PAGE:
Australia’s Financial Services Minister Jane Hume has publicly backed cryptocurrency, saying it’s a technology that will not go away anytime soon.
“As an industry, and as a government, we need to acknowledge this is not a fad. We should tread cautiously, but not fearfully,” Hume said on Monday morning.
“If the last 20 or 30 years have taught us anything, it’s that all innovation begins as disruption and ends as a household name. Decentralised finance underpinned by blockchain technology will present incredible opportunities ‑- Australia mustn’t be left behind by fear of the unknown.”
She said Commonwealth Bank of Australia’s recent decision to eventually allow its customers to hold and use crypto assets combined with the growing prevalence of cryptocurrency investment among Australians has meant the federal government would “embrace innovation” when it comes to decentralised finance.
The Reserve Bank of Australia (RBA) doesn’t share the same views, however. RBA head of payments policy Tony Richards last Thursday warned of the risk involved in investing into cryptocurrency.
“I think there are plausible scenarios where a range of factors could come together to significantly challenge the current fervour for cryptocurrencies, so that the current speculative demand could begin to reverse, and much of the price increases of recent years could be unwound,” Richards said.
Among those factors, Richards explained, are that consumers may eventually be less influenced by cryptocurrency “fads” and invest less into these digital assets. He also said regulators could eventually put more scrutiny into the high consumption of energy involved in mining proof-of-work cryptocurrencies and cryptocurrency being used in financial crime and the black economy.
He added that the continued development of central bank digital currencies — digital money that is a liability of a central bank — could see cryptocurrencies only have “niche use cases, at best”.
“If so — and also reflecting that the relevant code is often open-source, publicly available and easily copied — it seems plausible that current valuations of many cryptocurrencies would not be sustained,” he said.
The Australian Securities and Investments Commission (ASIC) took a similar stance to the RBA on Monday, with agency chair Joe Longo saying consumers should approach investing in crypto assets with “great caution”.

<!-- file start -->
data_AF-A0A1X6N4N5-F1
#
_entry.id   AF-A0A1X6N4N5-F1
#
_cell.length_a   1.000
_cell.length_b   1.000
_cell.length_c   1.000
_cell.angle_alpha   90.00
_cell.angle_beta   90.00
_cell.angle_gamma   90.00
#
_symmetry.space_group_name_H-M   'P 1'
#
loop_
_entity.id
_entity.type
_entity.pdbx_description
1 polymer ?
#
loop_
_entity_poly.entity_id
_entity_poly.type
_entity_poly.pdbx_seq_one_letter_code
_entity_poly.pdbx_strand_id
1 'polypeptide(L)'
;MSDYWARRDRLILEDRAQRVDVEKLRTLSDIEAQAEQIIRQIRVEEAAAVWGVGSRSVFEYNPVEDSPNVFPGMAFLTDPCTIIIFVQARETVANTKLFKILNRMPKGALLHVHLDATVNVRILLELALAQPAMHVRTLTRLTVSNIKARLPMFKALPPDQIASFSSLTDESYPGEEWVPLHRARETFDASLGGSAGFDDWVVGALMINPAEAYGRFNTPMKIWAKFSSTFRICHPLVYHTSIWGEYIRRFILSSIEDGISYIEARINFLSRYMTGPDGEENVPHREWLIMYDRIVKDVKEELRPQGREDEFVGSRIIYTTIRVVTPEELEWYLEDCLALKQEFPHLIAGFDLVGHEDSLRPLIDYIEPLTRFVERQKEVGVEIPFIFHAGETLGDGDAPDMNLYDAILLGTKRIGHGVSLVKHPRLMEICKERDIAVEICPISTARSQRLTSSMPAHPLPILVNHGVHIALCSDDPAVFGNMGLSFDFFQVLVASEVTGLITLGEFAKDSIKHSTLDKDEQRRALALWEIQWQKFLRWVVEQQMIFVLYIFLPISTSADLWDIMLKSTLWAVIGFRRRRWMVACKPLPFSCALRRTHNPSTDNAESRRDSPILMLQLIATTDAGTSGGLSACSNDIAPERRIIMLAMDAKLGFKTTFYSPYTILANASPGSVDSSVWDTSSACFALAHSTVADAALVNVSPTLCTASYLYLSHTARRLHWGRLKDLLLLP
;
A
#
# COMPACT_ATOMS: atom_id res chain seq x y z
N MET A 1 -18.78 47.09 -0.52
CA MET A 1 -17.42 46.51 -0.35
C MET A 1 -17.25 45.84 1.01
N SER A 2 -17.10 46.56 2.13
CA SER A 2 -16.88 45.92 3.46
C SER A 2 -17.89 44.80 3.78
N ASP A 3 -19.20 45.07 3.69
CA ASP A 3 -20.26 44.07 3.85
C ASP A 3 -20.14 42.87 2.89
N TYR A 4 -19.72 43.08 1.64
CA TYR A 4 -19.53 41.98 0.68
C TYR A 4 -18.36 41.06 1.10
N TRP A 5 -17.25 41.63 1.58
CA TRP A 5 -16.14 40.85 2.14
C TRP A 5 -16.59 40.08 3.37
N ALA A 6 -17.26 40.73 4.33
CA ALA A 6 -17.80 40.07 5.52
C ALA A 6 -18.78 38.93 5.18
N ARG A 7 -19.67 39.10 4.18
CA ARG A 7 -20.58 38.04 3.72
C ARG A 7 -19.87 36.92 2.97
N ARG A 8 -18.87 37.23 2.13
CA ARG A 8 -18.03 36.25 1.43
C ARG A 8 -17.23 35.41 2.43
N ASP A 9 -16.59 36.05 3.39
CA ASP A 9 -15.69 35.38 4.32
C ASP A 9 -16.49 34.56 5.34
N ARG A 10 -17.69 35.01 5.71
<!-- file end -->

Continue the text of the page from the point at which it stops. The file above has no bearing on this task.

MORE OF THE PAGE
“The maxim, ‘don’t put all your eggs in one basket’ comes to mind,” Longo said.
“Those here who are directly involved in the broader managed investments sector will understand the serious implications of investing without understanding. It is not an approach to be undertaken lightly.”
In providing this warning, Longo acknowledged that the Australian economy has slowly moved towards more use of cryptocurrency, attributing the uptick in cryptocurrency interest to the pandemic and Australia’s low interest rates.
“This debate is no longer on the fringes of the financial services industry,” the ASIC chair said.
“ASIC does not strive to eliminate risk. But, nor should we ignore it. ASIC will always enforce the law as it stands, using the many means available to us. We need to be careful those laws keep pace with change, and with the community’s realistic expectations and demands.”
Hume’s public support of cryptocurrency comes a week after the federal government named blockchain as one of 63 critical technologies it will prioritise.
- Morrison’s pamphletocracy of critical tech holds barely a quantum of substance
- Australia prioritises 63 critical technologies including quantum and blockchain
- US Treasury working group wants stablecoin issuers to be regulated like banks
- Australian banks begin publishing quarterly retail payment service reliability reports
- Australian online retailers turn to AI and web-crawling to identify unsafe product listings